Well aware of how significant corals are in supporting high levels of biodiversity and even human life, many nations spend millions of U.S. dollars each year on conserving coral reefs, Vu said.
The dive with Tien prompted Vu to extend his stay in Phu Quoc, where the man, hailing from Lam Dong Province in the Central Highlands, found himself making scuba diving trips all over the island during the several following months.
From Vu’s eager observation, populations of anemone, brain, mushroom, staghorn, pink willow, and cactus corals are often seen dotted with schools of clownfish, parrot fish, sentinel crabs, and mantis shrimp.
Altogether they make a breathtaking spectacle and offer a one-of-a-kind appeal.
Sea enthusiasts’ short-lived excitement is overshadowed by disappointment and concern, however, Vu noted.
He added he began to notice signs of bleaching in several coral reefs which would finally result in the decline of coral cover.
The tell-tale signs come when the creatures showcase their rainbow of sparkling colors.
“This is an alarm call,” Vu said.
“It’s like a girl with her cheeks blushing from high temperatures.
“She may run into trouble without proper medical care.”
After these ‘showtimes,’ a colorful, energy-producing organism will flee the reef, leaving behind a colorless, ‘bleached’ coral skeleton with no substantial way of producing its own energy.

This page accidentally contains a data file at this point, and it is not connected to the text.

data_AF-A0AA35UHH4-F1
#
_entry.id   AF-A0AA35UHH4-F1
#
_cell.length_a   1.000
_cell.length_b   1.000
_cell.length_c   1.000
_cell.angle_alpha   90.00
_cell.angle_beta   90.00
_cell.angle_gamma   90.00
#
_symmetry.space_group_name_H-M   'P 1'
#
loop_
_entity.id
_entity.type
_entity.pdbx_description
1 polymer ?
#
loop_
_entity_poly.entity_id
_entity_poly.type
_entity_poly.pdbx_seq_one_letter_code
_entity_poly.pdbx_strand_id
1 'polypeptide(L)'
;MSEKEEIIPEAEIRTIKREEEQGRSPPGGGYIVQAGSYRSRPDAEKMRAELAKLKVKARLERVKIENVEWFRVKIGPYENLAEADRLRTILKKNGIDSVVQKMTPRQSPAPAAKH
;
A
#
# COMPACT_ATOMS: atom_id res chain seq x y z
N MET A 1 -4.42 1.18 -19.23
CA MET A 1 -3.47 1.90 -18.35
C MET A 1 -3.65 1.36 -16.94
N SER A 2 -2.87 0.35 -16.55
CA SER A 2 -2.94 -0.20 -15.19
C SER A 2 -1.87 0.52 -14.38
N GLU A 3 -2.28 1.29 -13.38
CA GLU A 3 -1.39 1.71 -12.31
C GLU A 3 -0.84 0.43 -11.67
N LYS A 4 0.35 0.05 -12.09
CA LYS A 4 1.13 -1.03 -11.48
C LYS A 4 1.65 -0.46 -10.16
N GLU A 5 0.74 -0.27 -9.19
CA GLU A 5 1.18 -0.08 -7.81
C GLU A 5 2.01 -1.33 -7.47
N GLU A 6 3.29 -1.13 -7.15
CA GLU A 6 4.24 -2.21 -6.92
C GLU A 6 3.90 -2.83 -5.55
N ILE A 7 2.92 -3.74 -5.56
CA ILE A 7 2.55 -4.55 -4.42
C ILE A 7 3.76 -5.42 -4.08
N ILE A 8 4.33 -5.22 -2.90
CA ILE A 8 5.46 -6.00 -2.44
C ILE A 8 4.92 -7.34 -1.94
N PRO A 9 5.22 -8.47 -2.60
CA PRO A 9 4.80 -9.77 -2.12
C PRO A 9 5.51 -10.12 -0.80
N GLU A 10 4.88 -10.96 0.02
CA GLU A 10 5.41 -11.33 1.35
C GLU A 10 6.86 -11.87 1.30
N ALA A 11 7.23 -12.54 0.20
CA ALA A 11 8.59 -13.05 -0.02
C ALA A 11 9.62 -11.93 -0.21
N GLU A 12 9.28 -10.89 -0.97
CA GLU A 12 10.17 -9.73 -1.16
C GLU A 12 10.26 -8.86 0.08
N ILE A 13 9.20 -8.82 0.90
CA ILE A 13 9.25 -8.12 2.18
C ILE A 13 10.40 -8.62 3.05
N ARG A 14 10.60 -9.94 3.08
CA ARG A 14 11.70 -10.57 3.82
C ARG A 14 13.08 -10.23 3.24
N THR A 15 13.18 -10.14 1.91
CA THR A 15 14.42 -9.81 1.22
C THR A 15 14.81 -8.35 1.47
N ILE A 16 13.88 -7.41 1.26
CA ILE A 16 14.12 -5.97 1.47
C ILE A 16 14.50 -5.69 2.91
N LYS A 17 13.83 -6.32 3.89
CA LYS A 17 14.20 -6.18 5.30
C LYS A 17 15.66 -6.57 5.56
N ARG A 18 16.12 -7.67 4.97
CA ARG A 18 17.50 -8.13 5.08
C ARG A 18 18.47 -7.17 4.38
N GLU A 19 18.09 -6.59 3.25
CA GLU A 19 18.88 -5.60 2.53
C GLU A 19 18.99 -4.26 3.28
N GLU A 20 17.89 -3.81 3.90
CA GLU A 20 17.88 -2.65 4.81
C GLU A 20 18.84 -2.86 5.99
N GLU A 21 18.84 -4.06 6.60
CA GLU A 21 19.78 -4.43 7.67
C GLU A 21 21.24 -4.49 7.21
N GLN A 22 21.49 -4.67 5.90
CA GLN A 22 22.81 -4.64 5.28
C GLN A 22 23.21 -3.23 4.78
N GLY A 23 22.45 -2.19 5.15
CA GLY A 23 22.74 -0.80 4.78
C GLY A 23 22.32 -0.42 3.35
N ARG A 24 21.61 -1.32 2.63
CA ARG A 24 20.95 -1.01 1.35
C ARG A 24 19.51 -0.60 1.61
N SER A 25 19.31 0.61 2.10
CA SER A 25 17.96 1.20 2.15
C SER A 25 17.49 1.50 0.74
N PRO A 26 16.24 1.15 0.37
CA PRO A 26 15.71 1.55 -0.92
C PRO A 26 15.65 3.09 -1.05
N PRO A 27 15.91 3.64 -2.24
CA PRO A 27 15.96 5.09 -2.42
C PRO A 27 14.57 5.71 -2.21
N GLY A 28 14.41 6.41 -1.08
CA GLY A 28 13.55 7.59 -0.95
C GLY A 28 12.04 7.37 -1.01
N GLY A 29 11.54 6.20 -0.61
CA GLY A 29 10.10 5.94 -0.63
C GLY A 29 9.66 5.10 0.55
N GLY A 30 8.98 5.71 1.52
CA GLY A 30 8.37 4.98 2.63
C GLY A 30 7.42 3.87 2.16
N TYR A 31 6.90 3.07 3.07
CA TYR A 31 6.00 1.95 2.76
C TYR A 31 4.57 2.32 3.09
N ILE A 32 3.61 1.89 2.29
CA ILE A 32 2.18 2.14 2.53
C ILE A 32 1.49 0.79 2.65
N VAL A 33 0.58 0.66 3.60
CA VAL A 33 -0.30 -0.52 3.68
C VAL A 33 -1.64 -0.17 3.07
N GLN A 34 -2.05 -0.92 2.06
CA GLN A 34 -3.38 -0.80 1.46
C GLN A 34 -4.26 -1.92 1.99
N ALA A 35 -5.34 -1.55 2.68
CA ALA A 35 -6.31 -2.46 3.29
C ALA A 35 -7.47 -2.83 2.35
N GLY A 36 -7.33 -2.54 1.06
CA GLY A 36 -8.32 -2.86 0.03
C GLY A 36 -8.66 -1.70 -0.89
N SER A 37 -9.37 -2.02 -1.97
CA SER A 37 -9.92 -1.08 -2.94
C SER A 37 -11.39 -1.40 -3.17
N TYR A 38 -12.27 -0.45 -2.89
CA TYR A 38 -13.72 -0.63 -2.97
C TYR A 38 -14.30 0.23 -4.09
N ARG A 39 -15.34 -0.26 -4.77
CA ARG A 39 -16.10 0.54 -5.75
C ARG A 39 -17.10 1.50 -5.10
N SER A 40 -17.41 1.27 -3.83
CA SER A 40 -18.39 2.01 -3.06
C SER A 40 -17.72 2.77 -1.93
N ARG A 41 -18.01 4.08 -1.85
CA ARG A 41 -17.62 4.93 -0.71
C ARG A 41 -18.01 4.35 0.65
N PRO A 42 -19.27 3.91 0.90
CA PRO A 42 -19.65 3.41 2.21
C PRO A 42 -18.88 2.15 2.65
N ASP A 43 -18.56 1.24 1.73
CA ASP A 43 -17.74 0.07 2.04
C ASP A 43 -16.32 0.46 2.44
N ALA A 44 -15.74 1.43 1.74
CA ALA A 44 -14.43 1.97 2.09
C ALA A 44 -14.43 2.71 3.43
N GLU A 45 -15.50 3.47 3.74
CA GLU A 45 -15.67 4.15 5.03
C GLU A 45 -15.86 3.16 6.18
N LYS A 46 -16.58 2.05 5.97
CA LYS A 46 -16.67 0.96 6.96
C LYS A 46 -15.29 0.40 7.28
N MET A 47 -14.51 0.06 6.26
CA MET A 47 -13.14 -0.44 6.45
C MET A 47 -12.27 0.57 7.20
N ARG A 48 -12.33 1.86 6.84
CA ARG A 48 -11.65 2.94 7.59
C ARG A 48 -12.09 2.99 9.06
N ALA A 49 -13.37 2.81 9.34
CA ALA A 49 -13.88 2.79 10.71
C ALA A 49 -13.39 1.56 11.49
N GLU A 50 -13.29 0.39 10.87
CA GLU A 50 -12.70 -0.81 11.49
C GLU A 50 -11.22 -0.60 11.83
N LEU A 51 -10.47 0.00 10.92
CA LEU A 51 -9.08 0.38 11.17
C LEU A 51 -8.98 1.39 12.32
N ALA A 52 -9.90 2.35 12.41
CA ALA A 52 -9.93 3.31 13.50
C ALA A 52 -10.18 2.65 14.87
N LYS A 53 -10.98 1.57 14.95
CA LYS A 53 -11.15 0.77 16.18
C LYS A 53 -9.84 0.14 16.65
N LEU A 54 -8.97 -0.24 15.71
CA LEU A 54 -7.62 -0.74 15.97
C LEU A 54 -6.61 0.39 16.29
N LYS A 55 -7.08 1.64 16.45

|A piece of gorgeous-looking coral grown in the Hon Thom Islet seafloor as part of Phu Quoc Island, Kien Giang Province, Vietnam. Photo: Tien Trinh / Tuoi Tre|
Without emergency treatment, the corals will wither and die.
Phu Quoc seabeds are no stranger to such coral bleaching incidents.
There are times when nearly 80 percent of its corals died within a single year.
According to experts, ocean warming trends of recent history have only accelerated coral bleaching events.
Seawater in Phu Quoc can rise to 28 or 30 degrees Celsius from January to March each year, whereas corals generally thrive in water with a temperature of less than 24 degrees Celsius.
“Located near the equator, the island often sees its corals ravaged by rising temperatures and global warming,” Vu stressed.
Other less favorable conditions including decreasing water clarity, fast currents, acid rains, oceanic pollution, and even sea-goers’ sunscreen also adversely impact these complex underwater communities.
“A myriad of other disturbances and pressures are leading to widespread coral loss and degradation of reef ecosystems,” Vu noted.
Despite no background training in marine conservation, the man has gained traction for successfully saving corals in Nha Trang, a beach city in the south-central province of Khanh Hoa, by using seaweed to regulate seawater temperatures.
Rebuilding for the future